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Biased Bootstrap Methods for Semiparametric Models

Permanent Link: http://ufdc.ufl.edu/UFE0021391/00001

Material Information

Title: Biased Bootstrap Methods for Semiparametric Models
Physical Description: 1 online resource (112 p.)
Language: english
Creator: Giurcanu, Mihai C
Publisher: University of Florida
Place of Publication: Gainesville, Fla.
Publication Date: 2007

Subjects

Subjects / Keywords: 2sls, bootstrap, consistency, gmm, iteration, regression, resampling
Statistics -- Dissertations, Academic -- UF
Genre: Statistics thesis, Ph.D.
bibliography   ( marcgt )
theses   ( marcgt )
government publication (state, provincial, terriorial, dependent)   ( marcgt )
born-digital   ( sobekcm )
Electronic Thesis or Dissertation

Notes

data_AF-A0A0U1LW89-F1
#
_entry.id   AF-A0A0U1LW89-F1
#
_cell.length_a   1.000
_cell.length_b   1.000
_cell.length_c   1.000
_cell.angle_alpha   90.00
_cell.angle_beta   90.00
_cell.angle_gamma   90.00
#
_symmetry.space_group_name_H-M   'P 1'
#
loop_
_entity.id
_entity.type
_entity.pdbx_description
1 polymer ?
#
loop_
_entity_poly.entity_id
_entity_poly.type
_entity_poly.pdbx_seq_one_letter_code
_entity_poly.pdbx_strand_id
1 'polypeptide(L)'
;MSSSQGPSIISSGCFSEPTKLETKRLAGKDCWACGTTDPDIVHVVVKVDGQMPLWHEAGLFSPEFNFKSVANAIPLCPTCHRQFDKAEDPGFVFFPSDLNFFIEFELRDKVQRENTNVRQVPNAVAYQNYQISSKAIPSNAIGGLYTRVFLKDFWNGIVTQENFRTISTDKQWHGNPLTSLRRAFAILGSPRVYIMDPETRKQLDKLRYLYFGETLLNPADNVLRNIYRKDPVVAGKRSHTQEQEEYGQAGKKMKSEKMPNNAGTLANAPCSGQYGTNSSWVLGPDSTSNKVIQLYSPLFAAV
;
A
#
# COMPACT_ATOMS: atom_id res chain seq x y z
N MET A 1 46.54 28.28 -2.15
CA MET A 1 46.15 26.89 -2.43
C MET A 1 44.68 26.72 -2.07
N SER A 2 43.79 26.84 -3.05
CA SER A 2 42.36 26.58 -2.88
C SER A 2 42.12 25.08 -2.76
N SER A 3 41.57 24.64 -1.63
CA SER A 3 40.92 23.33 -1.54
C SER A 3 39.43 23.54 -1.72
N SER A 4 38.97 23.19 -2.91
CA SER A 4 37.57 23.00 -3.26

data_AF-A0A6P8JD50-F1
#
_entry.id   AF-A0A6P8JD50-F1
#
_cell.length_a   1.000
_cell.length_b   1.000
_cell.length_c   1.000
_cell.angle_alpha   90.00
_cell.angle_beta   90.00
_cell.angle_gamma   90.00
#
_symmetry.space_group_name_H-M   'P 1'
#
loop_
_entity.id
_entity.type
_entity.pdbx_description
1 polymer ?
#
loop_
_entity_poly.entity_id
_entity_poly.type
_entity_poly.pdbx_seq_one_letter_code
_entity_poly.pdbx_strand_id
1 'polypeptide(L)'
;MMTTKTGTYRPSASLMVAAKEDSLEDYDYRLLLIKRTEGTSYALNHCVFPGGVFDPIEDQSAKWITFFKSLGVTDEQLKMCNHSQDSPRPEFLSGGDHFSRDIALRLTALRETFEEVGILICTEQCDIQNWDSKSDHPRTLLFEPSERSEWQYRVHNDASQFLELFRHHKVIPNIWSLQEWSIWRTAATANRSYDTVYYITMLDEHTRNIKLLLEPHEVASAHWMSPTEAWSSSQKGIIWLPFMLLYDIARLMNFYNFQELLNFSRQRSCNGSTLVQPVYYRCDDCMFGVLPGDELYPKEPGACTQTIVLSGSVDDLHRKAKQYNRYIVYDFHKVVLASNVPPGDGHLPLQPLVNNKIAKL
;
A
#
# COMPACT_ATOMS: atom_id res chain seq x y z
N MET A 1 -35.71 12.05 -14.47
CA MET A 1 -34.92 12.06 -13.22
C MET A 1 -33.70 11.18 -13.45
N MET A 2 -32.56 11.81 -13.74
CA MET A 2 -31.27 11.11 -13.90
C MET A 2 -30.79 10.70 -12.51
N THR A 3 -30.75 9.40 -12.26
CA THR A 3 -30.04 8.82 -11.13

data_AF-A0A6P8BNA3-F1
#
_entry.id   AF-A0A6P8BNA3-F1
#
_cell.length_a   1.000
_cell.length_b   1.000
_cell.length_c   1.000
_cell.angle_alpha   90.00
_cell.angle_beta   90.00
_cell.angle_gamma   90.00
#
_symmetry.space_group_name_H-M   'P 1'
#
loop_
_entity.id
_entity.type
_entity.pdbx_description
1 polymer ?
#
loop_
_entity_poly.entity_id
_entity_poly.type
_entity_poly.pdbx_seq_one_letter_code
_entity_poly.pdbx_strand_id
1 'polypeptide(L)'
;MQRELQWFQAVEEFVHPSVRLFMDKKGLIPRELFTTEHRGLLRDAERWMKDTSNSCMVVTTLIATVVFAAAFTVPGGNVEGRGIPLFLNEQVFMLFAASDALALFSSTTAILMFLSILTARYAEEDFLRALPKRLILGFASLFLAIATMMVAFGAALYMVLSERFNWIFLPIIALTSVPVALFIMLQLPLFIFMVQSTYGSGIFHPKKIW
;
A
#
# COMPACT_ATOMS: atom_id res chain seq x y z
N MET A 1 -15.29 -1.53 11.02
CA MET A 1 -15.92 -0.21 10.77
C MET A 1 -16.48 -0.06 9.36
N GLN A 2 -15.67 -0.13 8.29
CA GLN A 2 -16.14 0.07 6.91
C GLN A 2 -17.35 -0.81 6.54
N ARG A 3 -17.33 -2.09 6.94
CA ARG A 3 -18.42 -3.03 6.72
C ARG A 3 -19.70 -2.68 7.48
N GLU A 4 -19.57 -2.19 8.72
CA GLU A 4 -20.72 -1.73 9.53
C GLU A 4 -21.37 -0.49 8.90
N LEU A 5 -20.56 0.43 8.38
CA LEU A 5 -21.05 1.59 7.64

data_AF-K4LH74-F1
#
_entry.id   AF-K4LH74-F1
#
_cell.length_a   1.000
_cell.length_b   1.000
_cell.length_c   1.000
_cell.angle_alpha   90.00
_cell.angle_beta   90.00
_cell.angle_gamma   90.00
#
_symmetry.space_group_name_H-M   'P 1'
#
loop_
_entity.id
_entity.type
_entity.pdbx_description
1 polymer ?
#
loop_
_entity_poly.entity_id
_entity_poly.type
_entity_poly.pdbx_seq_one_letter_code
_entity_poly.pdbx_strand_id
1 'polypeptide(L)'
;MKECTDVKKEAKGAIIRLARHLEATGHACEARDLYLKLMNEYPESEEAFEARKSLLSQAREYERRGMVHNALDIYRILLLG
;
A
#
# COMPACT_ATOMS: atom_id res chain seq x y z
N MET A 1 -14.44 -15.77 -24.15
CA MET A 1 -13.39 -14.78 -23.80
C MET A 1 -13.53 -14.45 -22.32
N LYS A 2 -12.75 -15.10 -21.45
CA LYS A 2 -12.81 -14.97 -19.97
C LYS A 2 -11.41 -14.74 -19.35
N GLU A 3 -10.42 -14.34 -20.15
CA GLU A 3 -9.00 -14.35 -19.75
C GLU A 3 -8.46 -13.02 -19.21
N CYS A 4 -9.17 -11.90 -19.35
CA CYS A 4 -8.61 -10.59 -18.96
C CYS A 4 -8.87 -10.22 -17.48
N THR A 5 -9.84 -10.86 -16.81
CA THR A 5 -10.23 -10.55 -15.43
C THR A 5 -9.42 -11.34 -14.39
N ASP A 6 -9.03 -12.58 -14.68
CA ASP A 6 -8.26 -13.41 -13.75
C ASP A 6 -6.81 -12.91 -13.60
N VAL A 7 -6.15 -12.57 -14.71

Abstract: The finite sample properties of estimators in some moment condition models often differ substantially from the approximations provided by asymptotic theory. The bootstrap can provide a way to circumvent the inadequacies of asymptotic approximations, but in over identified models, where the dimension of the parameter is smaller than the number of moment conditions, the usual uniform bootstrap may be inconsistent. This problem is usually solved by recentering either the residuals, the sample estimating equations, or the statistic of interest. In this dissertation, we developed a new biased bootstrap methodology for moment condition models. This biased bootstrap is a form of weighted bootstrap with the weights chosen to satisfy the constraints imposed by the model. First, we construct a pseudo-parametric family of weighted empirical distributions, obtained by minimizing the Cressie-Read distance to the empirical distribution under the constraints imposed by the model. The resulting family has the least favorable property, meaning that the inverse of the Fisher information matrix evaluated at the MLE equals the sandwich estimator. By resampling within this family, we 'mimic' the parametric bootstrap for semiparametric models. An extension of this methodology for time series applies the biased bootstrap to the sample of blocks of consecutive observations. Our overall goal is to extend and develop the range of applications and theoretical properties of the biased bootstrap, focusing mainly in three directions. First, we prove that the biased bootstrap is consistent in moment condition models, with no need for 'recentering'. Moreover, by applying bootstrap recycling within the pseudo-parametric family, we obtain computationally feasible and more accurate iterated biased bootstrap procedures. The main idea here is to reuse the first level bootstrap resamples in order to estimate higher level parameters corresponding to the iterated bootstrap. This methodology is a competitor of the jackknife after bootstrap developed by Efron (1992) in the iid case and by Lahiri (2002) for dependent data. Third, new biased bootstrap procedures are proposed for problems where the usual uniform bootstrap fails, such as on the boundary of the parameter space and for certain asymptotically nonnormal statistics.